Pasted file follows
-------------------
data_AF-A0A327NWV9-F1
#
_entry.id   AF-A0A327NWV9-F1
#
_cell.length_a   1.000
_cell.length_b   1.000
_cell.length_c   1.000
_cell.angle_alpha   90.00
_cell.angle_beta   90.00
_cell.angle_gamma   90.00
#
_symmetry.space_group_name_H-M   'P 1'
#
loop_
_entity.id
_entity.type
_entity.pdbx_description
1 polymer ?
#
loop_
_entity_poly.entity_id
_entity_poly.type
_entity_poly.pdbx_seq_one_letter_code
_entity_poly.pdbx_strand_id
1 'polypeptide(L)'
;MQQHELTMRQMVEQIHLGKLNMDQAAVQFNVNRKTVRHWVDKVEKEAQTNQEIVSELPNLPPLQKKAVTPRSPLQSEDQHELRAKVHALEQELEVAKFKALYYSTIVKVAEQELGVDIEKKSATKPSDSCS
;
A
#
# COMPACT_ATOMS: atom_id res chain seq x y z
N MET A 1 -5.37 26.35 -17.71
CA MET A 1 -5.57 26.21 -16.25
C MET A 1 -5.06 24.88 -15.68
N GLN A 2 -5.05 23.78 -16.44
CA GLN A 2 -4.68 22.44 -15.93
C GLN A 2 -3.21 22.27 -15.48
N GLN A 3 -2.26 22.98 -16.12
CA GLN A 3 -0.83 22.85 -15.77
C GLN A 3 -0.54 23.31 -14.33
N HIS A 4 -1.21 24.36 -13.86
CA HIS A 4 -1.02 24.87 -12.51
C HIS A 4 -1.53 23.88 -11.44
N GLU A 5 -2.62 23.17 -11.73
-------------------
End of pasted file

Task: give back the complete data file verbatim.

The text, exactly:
data_AF-A0A327NWV9-F1
#
_entry.id   AF-A0A327NWV9-F1
#
_cell.length_a   1.000
_cell.length_b   1.000
_cell.length_c   1.000
_cell.angle_alpha   90.00
_cell.angle_beta   90.00
_cell.angle_gamma   90.00
#
_symmetry.space_group_name_H-M   'P 1'
#
loop_
_entity.id
_entity.type
_entity.pdbx_description
1 polymer ?
#
loop_
_entity_poly.entity_id
_entity_poly.type
_entity_poly.pdbx_seq_one_letter_code
_entity_poly.pdbx_strand_id
1 'polypeptide(L)'
;MQQHELTMRQMVEQIHLGKLNMDQAAVQFNVNRKTVRHWVDKVEKEAQTNQEIVSELPNLPPLQKKAVTPRSPLQSEDQHELRAKVHALEQELEVAKFKALYYSTIVKVAEQELGVDIEKKSATKPSDSCS
;
A
#
# COMPACT_ATOMS: atom_id res chain seq x y z
N MET A 1 -5.37 26.35 -17.71
CA MET A 1 -5.57 26.21 -16.25
C MET A 1 -5.06 24.88 -15.68
N GLN A 2 -5.05 23.78 -16.44
CA GLN A 2 -4.68 22.44 -15.93
C GLN A 2 -3.21 22.27 -15.48
N GLN A 3 -2.26 22.98 -16.12
CA GLN A 3 -0.83 22.85 -15.77
C GLN A 3 -0.54 23.31 -14.33
N HIS A 4 -1.21 24.36 -13.86
CA HIS A 4 -1.02 24.87 -12.51
C HIS A 4 -1.53 23.88 -11.44
N GLU A 5 -2.62 23.17 -11.73